An adult in a red sweater shows a notebook to an adult in a blue shirt using a wheelchair with augmentative and alternative communication (AAC) device, a tablet that helps someone with a speech or language impairment to communicate.

At the Paul V. Sherlock Center on Disabilities at Rhode Island College, we are dedicated to empowering Rhode Islanders with disabilities through innovative technology solutions.

Our technology projects strive to enhance independence, accessibility and inclusion for all by providing resources that focus on supporting Rhode Islanders with access to cutting-edge assistive technology solutions.

We offer:

  • Training and support: We coordinate training, collect and share data and provide support to ensure individuals with disabilities and caregivers feel confident and skilled in using their technology. Our goal is for individuals to make the most of assistive technology.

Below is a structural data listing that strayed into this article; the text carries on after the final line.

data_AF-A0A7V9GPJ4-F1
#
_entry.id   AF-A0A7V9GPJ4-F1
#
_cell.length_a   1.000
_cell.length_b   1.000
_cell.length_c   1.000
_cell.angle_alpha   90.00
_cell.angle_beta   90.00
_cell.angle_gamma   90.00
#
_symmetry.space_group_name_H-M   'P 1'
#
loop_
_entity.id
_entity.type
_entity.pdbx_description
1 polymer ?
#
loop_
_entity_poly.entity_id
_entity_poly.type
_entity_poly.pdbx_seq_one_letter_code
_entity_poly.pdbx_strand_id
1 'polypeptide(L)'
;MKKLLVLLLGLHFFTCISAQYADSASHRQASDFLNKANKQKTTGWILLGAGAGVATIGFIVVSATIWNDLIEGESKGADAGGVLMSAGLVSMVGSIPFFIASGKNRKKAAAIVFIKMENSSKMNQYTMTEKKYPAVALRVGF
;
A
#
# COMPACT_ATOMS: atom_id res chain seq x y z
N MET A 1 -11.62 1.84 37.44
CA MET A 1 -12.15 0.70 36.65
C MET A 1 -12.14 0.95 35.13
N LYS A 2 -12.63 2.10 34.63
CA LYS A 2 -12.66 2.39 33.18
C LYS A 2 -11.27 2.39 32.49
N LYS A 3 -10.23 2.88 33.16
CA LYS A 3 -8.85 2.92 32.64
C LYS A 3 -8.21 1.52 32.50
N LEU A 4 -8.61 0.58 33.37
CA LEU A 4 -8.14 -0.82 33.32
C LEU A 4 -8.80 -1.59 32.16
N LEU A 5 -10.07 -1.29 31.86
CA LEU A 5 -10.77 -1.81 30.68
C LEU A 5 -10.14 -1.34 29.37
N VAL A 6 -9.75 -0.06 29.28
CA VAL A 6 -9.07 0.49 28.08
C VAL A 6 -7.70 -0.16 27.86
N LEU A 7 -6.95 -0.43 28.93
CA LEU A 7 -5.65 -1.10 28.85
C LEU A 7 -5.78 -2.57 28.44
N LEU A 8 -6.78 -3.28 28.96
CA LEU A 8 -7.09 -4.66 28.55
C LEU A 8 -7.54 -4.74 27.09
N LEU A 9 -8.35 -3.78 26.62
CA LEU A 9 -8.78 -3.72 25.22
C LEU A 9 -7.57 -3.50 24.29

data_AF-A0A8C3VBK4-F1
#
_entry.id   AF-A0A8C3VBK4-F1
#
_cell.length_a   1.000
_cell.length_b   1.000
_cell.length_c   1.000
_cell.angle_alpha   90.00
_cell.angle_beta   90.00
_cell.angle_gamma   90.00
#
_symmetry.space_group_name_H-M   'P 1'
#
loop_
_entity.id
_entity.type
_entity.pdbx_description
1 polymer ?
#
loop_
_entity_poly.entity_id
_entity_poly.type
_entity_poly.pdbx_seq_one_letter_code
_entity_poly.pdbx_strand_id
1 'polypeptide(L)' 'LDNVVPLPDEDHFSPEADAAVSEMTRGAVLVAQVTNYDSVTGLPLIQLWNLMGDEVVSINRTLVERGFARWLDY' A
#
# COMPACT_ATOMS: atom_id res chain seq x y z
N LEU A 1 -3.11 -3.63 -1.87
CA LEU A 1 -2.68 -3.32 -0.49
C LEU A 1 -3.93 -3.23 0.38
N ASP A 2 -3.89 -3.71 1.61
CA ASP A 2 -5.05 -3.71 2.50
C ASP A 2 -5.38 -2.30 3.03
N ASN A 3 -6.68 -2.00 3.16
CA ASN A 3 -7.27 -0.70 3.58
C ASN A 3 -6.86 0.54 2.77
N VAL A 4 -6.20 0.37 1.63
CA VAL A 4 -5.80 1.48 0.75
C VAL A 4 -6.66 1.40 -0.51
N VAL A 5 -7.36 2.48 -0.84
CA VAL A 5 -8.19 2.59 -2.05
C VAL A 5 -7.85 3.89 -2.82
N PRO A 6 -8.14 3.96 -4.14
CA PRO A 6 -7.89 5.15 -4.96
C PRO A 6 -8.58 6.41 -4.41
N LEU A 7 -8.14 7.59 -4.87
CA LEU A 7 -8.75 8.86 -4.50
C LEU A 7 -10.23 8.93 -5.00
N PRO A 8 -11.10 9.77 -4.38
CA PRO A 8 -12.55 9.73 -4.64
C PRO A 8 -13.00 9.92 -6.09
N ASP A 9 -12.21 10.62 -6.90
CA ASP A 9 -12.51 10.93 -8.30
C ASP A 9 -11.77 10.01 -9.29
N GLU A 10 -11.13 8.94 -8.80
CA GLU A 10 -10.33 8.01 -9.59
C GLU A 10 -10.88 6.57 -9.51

• Collaboration and advocacy: We believe in the power of collaboration and advocacy to drive positive change. We work closely with individuals, families, educators, health care professionals and community organizations to promote awareness, accessibility and inclusion for people with disabilities.
  • Research: Sherlock Center faculty and staff are investigating the use of robot technology to improve social emotional outcomes for autistic students. Supported by a RIDE grant, researchers are working with students, families and educators in a Rhode Island elementary school to see if the Robokind robots and curriculum will help students improve communication skills, emotion regulation and problem solving. This project will expand to other schools later in 2024.